Meals with Guy are better, however. These meals, with the exception of the first one, which was like a gourmet meal with multiple courses, including zwei entire chickens, are quite simple. Despite this simplicity, I probably like them even more than I did the big gourmet meal. Last night, for example, as the main dish, we cooked up a dozen scrambled eggs with pepper and spices in them, ate that, and then got to the best part. Every meal, guy puts out on the table a pile of bread, butter, and a bunch of different sausages and cheeses. We have, on occasion, spent at least an hour at this part of the meal, just throwing random combinations of food on the bread and chowing down. One of my favorite things to do, discovered during a late night refrigerator raid a few days back after a night at a nearby Portuguese bar, is to take a BabyBell, wrap it in salami, and enjoy, as I feel my arteries clogging. I should explain what a BabyBell is, seeing as it is one of the best discoveries I have made, food-wise. A BabyBell is a round chunk of cheese about eins centimer thick and zwei or drei centimeters around. It tastes sort of like mozzarella, but not nearly the exact same, since it tastes better. They come wrapped in plastic, but under the plastic they are in a wax shell. Once you take that shell off, you just bite into it and enjoy. That probably doesn’t sound as good as it really is, but I hope you at least have an idea of what I am talking about. Another integral part of every dinner with Guy is the wine. He is quite the wine connoisseur, and there is a different wine for every meal. He uses the correct glass for the type of wine and matches it to what we are eating.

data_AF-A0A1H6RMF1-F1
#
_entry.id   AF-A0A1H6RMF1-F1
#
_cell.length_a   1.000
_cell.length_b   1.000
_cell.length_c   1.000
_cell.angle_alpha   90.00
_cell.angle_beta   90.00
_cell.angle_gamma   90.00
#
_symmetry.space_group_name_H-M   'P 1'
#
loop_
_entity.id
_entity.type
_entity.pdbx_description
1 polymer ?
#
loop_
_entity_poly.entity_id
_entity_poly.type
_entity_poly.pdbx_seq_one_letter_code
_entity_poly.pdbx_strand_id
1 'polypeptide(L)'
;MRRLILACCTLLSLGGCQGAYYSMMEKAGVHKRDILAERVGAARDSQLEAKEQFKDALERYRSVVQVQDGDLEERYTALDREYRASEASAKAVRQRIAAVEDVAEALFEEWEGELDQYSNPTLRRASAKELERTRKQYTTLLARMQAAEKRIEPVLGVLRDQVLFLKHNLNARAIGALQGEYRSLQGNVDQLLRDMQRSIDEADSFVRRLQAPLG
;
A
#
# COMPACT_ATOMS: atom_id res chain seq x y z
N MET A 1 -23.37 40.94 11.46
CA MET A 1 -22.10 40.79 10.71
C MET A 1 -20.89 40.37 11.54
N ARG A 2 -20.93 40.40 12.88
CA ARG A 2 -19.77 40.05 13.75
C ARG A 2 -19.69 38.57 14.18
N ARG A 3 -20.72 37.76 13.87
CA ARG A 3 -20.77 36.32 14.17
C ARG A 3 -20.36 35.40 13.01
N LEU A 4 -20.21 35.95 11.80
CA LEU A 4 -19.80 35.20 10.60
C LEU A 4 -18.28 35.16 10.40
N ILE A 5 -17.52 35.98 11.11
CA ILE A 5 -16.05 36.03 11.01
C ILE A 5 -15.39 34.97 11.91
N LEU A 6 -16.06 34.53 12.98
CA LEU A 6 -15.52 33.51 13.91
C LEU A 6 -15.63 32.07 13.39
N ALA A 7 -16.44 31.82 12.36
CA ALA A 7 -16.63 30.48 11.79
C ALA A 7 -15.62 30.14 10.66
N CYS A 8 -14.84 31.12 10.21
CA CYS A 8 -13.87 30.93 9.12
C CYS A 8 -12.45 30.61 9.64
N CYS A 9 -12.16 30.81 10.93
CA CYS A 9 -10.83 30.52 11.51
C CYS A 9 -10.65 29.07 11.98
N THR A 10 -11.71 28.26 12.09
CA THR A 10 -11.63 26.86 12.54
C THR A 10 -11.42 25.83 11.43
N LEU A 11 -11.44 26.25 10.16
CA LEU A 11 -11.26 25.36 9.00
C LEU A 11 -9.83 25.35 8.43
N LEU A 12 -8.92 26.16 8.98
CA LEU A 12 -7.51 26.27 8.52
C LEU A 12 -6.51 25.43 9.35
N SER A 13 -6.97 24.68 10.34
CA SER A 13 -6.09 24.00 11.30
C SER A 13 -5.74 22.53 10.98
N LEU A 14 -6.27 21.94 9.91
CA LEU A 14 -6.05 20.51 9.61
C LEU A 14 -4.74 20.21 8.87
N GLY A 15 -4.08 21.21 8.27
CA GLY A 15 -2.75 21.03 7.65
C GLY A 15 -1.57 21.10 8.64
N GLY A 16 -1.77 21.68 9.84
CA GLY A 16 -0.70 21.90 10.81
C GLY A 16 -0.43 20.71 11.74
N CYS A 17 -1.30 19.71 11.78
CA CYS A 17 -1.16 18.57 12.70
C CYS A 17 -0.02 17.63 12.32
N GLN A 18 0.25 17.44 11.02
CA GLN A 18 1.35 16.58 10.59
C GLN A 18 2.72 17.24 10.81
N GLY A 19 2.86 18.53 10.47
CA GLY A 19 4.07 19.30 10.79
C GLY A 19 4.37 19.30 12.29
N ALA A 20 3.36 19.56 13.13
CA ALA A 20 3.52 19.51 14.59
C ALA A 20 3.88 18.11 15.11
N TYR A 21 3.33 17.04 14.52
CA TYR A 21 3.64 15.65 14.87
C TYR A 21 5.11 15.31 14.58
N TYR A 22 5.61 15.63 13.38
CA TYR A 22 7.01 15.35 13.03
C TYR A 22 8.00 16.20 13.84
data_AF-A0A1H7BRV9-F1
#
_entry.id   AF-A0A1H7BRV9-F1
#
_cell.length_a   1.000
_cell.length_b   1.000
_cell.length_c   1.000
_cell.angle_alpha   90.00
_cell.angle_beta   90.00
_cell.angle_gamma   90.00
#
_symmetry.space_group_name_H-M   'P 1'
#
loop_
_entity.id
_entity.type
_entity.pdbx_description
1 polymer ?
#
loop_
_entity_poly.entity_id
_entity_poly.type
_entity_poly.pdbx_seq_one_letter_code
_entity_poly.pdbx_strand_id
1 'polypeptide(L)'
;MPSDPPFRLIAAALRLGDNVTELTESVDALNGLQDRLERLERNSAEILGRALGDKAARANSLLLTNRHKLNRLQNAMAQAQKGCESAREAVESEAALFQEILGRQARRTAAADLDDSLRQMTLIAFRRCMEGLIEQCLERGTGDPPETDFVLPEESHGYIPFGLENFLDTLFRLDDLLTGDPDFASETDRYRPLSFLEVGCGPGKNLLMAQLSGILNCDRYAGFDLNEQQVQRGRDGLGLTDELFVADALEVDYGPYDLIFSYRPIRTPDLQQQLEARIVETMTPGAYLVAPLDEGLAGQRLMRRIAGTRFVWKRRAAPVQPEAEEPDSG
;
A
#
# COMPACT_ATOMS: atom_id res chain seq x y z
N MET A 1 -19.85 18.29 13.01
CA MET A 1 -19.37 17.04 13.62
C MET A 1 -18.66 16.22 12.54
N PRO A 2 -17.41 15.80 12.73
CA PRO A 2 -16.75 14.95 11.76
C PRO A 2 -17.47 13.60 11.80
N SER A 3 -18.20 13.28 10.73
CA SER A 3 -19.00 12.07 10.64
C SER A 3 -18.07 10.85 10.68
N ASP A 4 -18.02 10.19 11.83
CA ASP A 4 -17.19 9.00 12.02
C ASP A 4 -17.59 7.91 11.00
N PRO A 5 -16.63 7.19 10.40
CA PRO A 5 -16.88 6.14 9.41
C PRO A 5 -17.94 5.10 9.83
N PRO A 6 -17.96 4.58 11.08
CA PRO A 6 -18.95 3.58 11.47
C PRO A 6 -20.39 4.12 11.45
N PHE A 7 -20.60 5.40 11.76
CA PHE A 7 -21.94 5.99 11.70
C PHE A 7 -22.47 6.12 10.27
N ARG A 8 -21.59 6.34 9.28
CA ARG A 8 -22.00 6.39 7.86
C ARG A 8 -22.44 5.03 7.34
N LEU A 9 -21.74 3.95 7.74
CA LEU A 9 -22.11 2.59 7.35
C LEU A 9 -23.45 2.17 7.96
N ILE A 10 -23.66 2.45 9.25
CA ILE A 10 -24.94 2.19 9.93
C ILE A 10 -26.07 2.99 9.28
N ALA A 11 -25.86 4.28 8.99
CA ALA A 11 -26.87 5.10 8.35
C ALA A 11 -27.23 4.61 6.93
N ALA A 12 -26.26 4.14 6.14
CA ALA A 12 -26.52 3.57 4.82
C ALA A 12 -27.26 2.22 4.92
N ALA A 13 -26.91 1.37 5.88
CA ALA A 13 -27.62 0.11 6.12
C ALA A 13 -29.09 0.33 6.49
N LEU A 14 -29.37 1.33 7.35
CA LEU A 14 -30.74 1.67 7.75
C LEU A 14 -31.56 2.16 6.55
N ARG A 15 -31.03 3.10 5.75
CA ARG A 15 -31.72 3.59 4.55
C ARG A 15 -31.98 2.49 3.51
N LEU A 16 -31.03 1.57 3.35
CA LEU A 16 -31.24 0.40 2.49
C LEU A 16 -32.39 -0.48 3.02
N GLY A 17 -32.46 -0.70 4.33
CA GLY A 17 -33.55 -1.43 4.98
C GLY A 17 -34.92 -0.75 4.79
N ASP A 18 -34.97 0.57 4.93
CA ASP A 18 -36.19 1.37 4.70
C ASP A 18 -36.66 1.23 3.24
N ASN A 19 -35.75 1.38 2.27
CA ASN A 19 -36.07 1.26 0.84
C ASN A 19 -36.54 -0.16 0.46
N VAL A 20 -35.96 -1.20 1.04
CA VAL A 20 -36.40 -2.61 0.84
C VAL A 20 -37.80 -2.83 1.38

The grilled sausages here, be they mettwurst, turbinger, bratwurst, whatever, are all just amazing. They also tend to be bigger than the ones back home, easily half-again the length. I have also had the opportunity to have some pizza here, made in the European style, which is surprisingly good. It only takes 5-10 minutes for them to make the pizza, as the crust is very thin, as indeed the whole pizza is. It also helps that all cheese here is awesome, so that is better as well. The most common topping is jambon (ham), and it is very good.